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Link to an image of this pageLink to an image of this page †[D4r p55]

Les Riches ne sont ŗ craindre aulx bons.

Prosopopoeie.

Mes deux voisins, les plus riches tenuz
De la cite, & de tous biens cogneuz
Levent haulx murs, d’un, & d’aultre costť,
A celle fin que jour me soit ostť.
Moy povre (helas) que chassent sans raison
Harpyies,[1] hors de ma propre maison.
Link to an image of this pageLink to an image of this page †[D4v p56] Si cueur entier, & honneur vertueux,
Ne sont Zethes, & CalaÔs, contre eulx.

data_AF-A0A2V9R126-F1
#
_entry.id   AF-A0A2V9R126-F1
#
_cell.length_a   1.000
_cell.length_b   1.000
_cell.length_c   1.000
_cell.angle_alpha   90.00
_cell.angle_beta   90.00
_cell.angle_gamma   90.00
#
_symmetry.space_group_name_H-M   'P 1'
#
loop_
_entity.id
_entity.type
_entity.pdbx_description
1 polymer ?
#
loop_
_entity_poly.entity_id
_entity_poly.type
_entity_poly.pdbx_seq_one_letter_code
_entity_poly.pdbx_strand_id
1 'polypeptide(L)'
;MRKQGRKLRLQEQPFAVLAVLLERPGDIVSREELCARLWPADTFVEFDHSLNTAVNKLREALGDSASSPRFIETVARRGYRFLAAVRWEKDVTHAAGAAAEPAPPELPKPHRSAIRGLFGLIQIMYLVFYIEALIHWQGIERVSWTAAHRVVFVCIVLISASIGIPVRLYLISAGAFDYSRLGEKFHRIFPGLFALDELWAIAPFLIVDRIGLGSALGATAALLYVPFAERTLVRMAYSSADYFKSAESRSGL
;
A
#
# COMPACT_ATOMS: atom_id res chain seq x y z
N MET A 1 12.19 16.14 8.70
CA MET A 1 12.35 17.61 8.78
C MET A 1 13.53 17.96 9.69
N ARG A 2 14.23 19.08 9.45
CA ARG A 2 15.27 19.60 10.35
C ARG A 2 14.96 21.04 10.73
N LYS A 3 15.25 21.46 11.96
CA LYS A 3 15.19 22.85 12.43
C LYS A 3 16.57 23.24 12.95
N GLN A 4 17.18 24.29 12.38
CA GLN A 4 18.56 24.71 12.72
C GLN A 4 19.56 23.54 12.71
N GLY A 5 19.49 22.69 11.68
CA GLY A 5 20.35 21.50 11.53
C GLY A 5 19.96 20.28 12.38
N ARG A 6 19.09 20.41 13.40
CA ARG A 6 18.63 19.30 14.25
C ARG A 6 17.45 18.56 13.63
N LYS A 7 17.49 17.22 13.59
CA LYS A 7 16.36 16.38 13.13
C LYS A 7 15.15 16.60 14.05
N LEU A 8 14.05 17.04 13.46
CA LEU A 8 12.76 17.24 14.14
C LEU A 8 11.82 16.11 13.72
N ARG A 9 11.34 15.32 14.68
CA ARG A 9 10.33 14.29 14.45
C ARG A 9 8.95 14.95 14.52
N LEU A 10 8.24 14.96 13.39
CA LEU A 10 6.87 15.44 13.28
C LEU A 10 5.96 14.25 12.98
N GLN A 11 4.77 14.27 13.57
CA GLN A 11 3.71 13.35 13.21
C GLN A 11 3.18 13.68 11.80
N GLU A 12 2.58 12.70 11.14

La fable de Phineus, & des Harpyies le mole-
stantes en son palais, & chassťes par les enfans
Calais, & Zethes, donne ŗ entendre plu
sieurs bonnes personnes estre chassťes de leurs
possessions par leurs riches voisins, si bon coeur,
& vertu ne les defend.

Notes:

1.The Harpies, symbols of injustice, were carrying off or soiling Phineus’ food so that he could not eat. He was delivered by Zetes and Calais, the winged sons of the North Wind and Oreithyia. See e.g. Ovid, Metamorphoses 6.711-7.4.


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